The people of Tobago have spoken and they have repudiated Tracy Davidson-Celestine’s People’s National Movement (PNM). The party on Monday night not only lost four more seats in the assembly than it started off with, but also the popular vote. There is now a sense that the Progressive Democratic Party (PDP) is on the march to securing control of Tobago.
Of course we have a stalemate with a 6/6 deadlock and, at time of writing, it was not clear which party will be in control of the Executive Council in Tobago, but a mere five months after the people voted in the general election to return the two Tobago seats to the PNM, and with the national party led by a Tobago-born Prime Minister who has focused much of his time and interest on delivering things to the people of Tobago, this conundrum must be a bitter pill to swallow.
It shows once again why the people of Tobago have consistently remained in pole position since 2000 as they have demonstrated that no political party can take their votes for granted and are prepared to switch allegiance if the other side, in their view, would do a better job at representing their interest.
In the last year, the Rowley administration delivered to Tobago East a new hospital, a new fire station, a new police station. The sod has been turned for a major tourism project. Tobago has gotten two ferries both boats, paid by Trinidad taxpayers, carrying Tobago names. A nod to Tobagonians.
A new airport terminal building is being constructed and the runway extended. Billions of dollars being pumped into the Tobago economy as the Tobago-born Prime Minister tries to sure up the party’s support on the island. Monday night’s results show it simply has not worked.
From what we have heard on the ground there were at least two key issues, the first being that of governance.
The revelation that $2.5 million of taxpayers money were spent on a zipline project with only rope to show for it resonated with many people who saw it as an example of the wastage and lack of accountability that happens at the THA.
At no time in the campaign did Davidson-Celestine address the issue frontally. She never apologised and instead started off by saying she was not there at the time and could not be held responsible, even though the records are clear, she was Tourism Secretary for almost two years after the project was approved by the Executive Council.
She then tried to shift the blame to the public servants saying they were not good at documenting things.
Davidson-Celestine responses allowed the PDP to caricature her as “tricky Tracy” and the Prime Minister entering the fray and ignoring the loss of public’s funds, instead saying to her to finish the project, added insult to injury as it showed his concern is not accounting for public funds but rather winning an election.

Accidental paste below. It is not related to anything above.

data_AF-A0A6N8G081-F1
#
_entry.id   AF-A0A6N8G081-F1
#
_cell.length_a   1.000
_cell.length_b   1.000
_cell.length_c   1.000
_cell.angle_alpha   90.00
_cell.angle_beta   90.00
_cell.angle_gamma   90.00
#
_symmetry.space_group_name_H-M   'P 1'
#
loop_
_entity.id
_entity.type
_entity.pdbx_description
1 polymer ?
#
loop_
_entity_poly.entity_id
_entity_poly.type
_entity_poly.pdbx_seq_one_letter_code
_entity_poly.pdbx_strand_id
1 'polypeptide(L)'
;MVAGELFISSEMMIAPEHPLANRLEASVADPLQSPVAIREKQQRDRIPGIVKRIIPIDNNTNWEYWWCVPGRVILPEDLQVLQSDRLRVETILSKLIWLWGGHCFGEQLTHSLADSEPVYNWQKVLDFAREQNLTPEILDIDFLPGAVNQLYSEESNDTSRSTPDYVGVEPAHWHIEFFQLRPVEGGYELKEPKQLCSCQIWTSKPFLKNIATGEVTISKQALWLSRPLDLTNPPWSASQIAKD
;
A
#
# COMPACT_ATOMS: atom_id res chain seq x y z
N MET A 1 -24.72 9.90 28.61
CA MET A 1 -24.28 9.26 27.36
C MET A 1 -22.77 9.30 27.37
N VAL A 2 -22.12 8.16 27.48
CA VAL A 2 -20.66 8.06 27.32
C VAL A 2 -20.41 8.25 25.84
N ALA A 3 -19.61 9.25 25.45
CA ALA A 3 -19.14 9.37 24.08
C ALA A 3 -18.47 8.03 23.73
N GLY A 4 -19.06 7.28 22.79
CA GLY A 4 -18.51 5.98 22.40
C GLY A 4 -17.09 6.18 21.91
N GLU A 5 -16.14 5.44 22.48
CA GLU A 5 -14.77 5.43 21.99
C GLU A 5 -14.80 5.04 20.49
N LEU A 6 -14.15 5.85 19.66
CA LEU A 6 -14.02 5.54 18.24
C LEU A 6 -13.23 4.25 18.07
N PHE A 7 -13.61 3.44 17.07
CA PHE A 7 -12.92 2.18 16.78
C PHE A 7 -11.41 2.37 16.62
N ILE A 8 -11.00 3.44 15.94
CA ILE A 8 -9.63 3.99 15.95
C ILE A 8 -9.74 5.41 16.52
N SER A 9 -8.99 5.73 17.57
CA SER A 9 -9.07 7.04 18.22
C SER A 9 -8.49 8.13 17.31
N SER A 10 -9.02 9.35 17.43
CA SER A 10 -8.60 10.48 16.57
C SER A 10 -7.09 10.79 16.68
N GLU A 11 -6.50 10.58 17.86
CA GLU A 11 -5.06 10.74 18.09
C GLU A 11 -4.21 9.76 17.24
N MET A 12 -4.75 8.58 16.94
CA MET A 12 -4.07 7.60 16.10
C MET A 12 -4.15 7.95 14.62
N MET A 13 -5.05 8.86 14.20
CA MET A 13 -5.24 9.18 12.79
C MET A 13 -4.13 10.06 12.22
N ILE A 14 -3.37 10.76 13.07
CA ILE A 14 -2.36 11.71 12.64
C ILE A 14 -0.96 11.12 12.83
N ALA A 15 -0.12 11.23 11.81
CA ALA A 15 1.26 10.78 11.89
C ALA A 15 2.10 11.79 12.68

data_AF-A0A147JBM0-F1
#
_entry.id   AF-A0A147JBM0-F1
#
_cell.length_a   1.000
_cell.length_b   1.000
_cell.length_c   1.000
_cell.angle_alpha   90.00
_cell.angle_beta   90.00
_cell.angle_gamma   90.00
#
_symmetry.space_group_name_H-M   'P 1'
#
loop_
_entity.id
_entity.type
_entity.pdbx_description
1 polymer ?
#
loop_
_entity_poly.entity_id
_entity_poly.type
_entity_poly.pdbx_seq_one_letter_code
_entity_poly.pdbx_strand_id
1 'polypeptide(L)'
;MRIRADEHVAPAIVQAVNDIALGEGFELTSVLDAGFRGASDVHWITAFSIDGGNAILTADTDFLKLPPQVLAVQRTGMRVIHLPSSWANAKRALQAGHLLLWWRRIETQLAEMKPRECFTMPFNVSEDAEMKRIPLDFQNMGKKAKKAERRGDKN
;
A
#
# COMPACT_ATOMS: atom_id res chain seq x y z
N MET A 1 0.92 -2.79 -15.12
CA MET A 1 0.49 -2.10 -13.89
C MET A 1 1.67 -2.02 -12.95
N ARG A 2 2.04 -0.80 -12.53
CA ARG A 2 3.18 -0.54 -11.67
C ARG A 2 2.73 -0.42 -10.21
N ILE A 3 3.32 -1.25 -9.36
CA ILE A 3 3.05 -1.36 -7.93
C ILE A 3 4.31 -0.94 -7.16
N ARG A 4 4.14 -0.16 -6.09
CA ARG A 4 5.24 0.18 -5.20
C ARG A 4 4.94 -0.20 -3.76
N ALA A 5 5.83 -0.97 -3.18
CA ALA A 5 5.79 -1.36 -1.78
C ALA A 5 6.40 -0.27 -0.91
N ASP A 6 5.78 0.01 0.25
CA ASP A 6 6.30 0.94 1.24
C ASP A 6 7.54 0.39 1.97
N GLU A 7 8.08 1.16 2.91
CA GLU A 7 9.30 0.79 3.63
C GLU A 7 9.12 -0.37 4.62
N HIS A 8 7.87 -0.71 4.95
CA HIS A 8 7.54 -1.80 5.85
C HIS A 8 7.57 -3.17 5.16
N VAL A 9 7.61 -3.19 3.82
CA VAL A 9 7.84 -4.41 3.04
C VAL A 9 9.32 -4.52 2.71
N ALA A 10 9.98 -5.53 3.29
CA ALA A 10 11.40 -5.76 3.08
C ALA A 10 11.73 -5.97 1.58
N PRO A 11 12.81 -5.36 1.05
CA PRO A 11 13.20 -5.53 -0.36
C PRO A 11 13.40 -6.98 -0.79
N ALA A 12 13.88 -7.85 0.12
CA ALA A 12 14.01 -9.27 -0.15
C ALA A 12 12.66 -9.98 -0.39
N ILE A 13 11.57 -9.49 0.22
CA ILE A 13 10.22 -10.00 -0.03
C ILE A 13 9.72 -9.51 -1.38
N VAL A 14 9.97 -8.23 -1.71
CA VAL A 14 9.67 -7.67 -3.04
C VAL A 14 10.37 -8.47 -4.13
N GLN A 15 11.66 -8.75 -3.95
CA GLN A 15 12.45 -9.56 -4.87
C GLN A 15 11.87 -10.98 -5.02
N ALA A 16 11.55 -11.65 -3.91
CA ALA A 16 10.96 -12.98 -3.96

More must be said of this in the future.
There was, of course, the profligacy of this Davidson-Celestine PNM to settle scores that was also blamed for the poor performance, with the disparaging remarks aimed at Dr Vanus James, the hounding of Kelvin Charles out of office, the rejection of certain candidates.
But the reality is whoever gets control of the THA, the fundamental issues still remain and they must be a concern of every taxpayer in Trinidad and Tobago.
The first is the relationship between Trinidad and Tobago.
PDP’s deputy political leader Farley Augustine has in the past made it clear that he and the party wants a changed relationship with Trinidad.
For him internal self government is the least that Tobago should accept with it making its own laws and running its own show.
For me this is an important evolution and quite frankly must be a first step to Tobago realising its ultimate goal of being an independent island. The uneasy relationship that has existed since the paring of the islands by the British and the abandoning of the Ministry of Tobago Affairs by the late Dr Eric Williams are deep seated and engraved in the hearts of Tobagonians.
We must not pretend otherwise!
Therefore this is a necessary step. But with it must be new economic arrangements between the two islands.
The people of Rio Claro/Mayaro, La Brea, Santa Flora, Point Fortin, Couva and other industrial oil and gas villages, cannot be expected to spend their billions on Tobago in this new arrangement while their areas continue to be neglected by the Rowley administration.
I have already heard the rumblings in Tobago about Shell’s Barracuda and Colibri projects, with the same arguments that the gas in is “Tobago waters” and so on.
I would simple urge all those who ascribe to that view to look at the EITI reports that details by company, their contribution to the treasury and compare similar gas production and you just might find that the $2.5 billion that Tobago gets annually will be significantly slashed by between 60 and 75 per cent should that logic be applied in the way funds are disbursed.
The reality is that Tobago on its own does not generate a lot of money, in fact its tourism sector generates less taxes to government than does the Trinidad tourism sector.
There is a myth that the Tobago economy is driven by tourism. This is nothing but old talk and Tobago depends on government spending for is sustenance.
The PNM-controlled THA employed close to 70 per cent of all the workers on the island. This is unsustainable and successive Central governments have been afraid to challenge the THA on this issue.
It is a model that creates dependency on Trinidad for funds and ensures that the dependency is carried onto ordinary citizens in Tobago, thereby keeping the vote in check and under the control of the political directorate.
This may be the end of the rope for the PNM for now in Tobago but it is the beginning of what has to be new arrangements between the two islands, one in which Tobago is allowed to run its own show but not on the strength of Trinidad’s taxpayers.
The longest rope must have an end.